The first way to liquidate the income trust is based on the rules in the ITA that normally apply to the liquidation of a wholly-owned Canadian corporation into its Canadian corporate parent (the "Corporate Wind-up Alternative"). The Corporate Wind-up Alternative is also available to the second-tier trust in a two-tier trust structure. The trust may distribute its property to the corporation (or to the income trust in the case of the second-tier trust in a two-tier trust structure) on a tax-deferred basis and benefit from the corporate liquidation rules if the following conditions are satisfied:

  • The distribution of all trust property takes place before 2013 and, if in the context of a two-tier trust structure, within 60 days of the first distribution of property by the second-tier trust;

  • Where the property distributed consists of shares of a taxable Canadian corporation, the trust has not acquired the shares of the corporation under the Trust Wind-up Alternative described below (i.e., in a two-tier trust structure where the second-tier trust has used the Trust Wind-up Alternative to distribute the shares to the income trust); and

  • The trust makes an election to have the Corporate Wind-up Alternative apply to the distribution.

An important feature of the Corporate Wind-up Alternative is that the tax attributes of the income trust (and of the second-tier trust in a two-tier trust structure), such as loss carry-forwards and tax credit pools, would flow through to the parent corporation in the same manner as in the case of a wind-up of a wholly-owned subsidiary.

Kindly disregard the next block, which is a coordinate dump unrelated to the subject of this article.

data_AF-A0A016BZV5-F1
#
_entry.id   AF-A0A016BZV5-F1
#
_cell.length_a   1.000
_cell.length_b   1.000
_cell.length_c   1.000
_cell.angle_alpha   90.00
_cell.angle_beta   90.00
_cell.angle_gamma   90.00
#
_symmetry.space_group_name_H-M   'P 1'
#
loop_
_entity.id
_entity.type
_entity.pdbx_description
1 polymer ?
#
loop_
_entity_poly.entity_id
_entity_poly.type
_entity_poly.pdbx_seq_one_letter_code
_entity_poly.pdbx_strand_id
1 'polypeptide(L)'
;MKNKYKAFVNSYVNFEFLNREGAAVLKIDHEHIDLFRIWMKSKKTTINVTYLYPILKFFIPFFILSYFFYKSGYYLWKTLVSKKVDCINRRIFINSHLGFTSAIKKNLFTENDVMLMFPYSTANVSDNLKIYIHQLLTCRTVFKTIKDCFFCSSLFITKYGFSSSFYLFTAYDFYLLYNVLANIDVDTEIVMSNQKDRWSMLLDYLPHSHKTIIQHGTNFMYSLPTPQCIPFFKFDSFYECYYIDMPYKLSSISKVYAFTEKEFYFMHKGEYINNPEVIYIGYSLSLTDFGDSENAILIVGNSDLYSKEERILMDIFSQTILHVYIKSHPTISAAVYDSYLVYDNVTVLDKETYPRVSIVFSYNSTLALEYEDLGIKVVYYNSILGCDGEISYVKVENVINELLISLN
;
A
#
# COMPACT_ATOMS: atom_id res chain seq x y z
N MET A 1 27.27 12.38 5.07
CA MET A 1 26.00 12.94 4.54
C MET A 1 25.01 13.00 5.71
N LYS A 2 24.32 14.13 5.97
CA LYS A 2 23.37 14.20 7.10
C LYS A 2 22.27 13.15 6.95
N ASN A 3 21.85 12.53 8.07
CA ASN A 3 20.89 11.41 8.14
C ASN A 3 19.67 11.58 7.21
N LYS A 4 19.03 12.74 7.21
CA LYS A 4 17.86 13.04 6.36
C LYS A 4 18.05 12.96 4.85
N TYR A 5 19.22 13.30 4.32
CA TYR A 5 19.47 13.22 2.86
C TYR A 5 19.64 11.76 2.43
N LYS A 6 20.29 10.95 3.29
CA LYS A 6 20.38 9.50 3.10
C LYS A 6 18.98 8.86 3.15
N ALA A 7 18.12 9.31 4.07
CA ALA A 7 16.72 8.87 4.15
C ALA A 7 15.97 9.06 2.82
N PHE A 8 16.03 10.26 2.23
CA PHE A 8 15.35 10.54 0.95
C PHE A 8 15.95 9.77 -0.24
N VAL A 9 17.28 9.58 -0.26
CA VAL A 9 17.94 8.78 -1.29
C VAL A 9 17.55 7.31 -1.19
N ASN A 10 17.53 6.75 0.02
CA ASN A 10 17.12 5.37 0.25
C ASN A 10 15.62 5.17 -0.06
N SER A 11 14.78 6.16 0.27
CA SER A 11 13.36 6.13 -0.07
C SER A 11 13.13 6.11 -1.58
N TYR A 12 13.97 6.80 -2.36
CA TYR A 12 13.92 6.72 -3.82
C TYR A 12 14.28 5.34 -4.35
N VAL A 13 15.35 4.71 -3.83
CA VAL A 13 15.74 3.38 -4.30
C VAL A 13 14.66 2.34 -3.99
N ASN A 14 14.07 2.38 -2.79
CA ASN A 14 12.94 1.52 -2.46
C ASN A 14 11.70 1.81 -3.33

The second way to wind up the income trust on a tax-deferred basis, after the exchange of all units for shares of a corporation as described above, is to make a tax-deferred transfer of the property of the income trust to the corporation which has become the sole unitholder (the "Trust Wind-up Alternative"). This alternative will only apply if the trust has not elected to apply the Corporate Wind-up Alternative and if the property of the income trust consists exclusively of shares of a taxable Canadian corporation. In addition, in the context of a two-tier trust structure, as in the case of the Corporate Wind-up Alternative, the distribution of property by the income trust must occur within 60 days of the first distribution of property by the second-tier trust. Under this alternative, the trust's tax attributes will not flow through to the parent corporation.

The Proposals also include a rule to address the settlement of inter-trust debt on the wind-up of the second-tier trust. Essentially, the same rule applies as for the liquidation of a wholly-owned taxable Canadian corporation which is indebted to its parent – on an elective basis and subject to respecting certain conditions, the debt is deemed to have been settled for an amount equal to its adjusted cost base to the parent.